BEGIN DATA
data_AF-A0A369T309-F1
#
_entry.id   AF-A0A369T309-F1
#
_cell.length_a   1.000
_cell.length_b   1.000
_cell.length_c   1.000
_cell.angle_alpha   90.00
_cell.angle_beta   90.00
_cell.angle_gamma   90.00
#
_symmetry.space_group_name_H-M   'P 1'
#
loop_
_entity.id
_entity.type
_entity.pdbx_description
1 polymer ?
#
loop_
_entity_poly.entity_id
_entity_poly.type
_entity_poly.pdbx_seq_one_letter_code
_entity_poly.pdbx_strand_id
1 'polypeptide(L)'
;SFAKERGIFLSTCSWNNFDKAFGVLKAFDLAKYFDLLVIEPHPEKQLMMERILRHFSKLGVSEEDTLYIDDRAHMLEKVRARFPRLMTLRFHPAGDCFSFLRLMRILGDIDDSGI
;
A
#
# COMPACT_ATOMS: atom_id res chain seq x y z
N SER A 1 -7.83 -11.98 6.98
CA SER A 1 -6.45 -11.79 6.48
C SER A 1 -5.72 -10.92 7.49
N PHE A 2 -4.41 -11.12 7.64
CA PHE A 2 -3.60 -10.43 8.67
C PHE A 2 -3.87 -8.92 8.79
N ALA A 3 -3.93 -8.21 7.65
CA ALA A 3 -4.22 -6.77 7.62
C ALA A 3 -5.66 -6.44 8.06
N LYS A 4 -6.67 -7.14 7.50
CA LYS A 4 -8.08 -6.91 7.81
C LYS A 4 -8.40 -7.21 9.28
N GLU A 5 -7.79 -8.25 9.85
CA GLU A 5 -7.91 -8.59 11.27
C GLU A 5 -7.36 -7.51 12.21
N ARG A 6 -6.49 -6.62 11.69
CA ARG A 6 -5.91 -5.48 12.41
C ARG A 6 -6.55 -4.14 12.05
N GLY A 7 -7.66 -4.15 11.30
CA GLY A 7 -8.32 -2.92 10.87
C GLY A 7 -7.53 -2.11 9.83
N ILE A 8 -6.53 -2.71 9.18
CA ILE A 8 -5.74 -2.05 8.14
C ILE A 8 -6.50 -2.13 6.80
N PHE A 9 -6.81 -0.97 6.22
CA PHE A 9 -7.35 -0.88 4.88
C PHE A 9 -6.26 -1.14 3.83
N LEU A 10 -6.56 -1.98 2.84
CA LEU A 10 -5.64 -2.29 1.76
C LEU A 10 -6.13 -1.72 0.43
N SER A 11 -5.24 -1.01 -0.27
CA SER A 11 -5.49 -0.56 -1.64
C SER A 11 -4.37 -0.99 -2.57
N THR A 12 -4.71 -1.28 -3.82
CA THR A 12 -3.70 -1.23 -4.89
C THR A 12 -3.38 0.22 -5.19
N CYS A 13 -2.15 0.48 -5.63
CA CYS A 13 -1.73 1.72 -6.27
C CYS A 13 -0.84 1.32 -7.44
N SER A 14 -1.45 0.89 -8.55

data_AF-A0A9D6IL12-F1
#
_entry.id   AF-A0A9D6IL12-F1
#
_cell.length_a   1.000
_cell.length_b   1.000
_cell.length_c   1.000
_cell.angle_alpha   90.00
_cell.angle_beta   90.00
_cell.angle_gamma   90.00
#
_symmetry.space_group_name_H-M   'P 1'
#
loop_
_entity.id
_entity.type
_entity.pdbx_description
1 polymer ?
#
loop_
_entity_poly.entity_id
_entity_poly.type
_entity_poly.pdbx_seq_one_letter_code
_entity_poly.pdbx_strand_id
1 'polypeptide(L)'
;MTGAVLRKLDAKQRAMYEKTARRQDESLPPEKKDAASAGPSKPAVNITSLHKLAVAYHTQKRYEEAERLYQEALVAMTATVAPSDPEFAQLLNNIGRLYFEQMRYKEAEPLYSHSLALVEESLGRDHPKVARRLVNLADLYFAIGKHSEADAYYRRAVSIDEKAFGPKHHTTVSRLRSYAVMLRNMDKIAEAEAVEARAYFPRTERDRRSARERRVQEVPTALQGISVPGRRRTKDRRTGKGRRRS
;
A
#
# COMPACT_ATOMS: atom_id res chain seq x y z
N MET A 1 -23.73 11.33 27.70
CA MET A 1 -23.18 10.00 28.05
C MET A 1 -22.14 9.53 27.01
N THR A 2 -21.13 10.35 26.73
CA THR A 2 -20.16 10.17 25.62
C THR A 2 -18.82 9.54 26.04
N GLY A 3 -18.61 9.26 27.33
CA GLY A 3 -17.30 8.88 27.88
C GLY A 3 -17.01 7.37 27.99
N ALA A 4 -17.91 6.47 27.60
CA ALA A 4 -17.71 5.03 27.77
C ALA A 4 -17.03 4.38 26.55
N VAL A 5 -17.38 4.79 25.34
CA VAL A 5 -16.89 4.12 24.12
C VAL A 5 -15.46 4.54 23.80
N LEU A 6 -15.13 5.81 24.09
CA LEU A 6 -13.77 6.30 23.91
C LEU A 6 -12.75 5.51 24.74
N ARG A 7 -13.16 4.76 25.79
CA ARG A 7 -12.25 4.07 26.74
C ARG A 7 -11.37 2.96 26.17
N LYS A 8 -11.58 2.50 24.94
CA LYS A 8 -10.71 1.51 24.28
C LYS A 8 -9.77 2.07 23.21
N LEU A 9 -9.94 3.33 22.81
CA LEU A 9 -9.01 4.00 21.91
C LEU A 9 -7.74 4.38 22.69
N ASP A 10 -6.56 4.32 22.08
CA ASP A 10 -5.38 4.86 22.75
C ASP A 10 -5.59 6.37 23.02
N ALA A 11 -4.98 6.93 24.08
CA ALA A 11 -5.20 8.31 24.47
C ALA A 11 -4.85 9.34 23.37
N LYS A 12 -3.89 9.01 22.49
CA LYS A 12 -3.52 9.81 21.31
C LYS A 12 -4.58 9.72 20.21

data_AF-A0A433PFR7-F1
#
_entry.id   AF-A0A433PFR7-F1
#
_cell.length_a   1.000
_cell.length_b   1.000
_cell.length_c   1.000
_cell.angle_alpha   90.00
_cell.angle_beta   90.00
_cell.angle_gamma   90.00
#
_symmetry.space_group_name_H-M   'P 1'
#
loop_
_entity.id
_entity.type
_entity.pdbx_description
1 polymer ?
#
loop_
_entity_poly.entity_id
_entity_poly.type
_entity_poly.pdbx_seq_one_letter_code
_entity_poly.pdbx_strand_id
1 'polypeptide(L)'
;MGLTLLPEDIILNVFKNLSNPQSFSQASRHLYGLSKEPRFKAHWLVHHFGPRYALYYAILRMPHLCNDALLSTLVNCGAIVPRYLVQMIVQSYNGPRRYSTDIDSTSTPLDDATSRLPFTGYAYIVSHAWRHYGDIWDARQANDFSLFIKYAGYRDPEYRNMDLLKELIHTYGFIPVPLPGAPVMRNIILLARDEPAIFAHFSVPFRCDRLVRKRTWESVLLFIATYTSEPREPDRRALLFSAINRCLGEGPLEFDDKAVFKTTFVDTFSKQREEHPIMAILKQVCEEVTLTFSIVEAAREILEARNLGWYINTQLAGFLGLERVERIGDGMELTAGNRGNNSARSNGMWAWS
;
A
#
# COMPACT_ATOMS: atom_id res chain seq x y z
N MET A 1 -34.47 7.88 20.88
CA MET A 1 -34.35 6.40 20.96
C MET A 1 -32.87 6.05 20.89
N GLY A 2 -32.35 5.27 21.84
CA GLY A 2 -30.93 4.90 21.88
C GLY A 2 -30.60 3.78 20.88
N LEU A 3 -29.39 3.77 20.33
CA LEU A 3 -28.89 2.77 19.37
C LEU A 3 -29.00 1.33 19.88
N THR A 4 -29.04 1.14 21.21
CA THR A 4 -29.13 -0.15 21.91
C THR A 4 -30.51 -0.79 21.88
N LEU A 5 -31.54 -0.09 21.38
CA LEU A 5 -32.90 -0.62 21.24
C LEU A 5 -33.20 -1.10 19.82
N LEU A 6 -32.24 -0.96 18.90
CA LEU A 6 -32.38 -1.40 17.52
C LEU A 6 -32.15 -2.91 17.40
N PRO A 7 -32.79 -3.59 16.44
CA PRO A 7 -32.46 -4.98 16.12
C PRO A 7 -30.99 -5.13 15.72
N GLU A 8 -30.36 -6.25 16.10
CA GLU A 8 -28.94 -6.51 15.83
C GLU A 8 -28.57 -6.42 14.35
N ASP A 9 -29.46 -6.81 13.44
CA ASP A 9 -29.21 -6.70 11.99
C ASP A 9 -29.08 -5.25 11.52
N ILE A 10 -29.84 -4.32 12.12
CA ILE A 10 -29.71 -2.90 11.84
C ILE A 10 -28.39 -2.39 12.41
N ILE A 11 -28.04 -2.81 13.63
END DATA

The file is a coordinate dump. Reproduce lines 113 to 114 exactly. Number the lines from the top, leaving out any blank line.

N VAL A 5 -17.38 4.79 25.34
CA VAL A 5 -16.89 4.12 24.12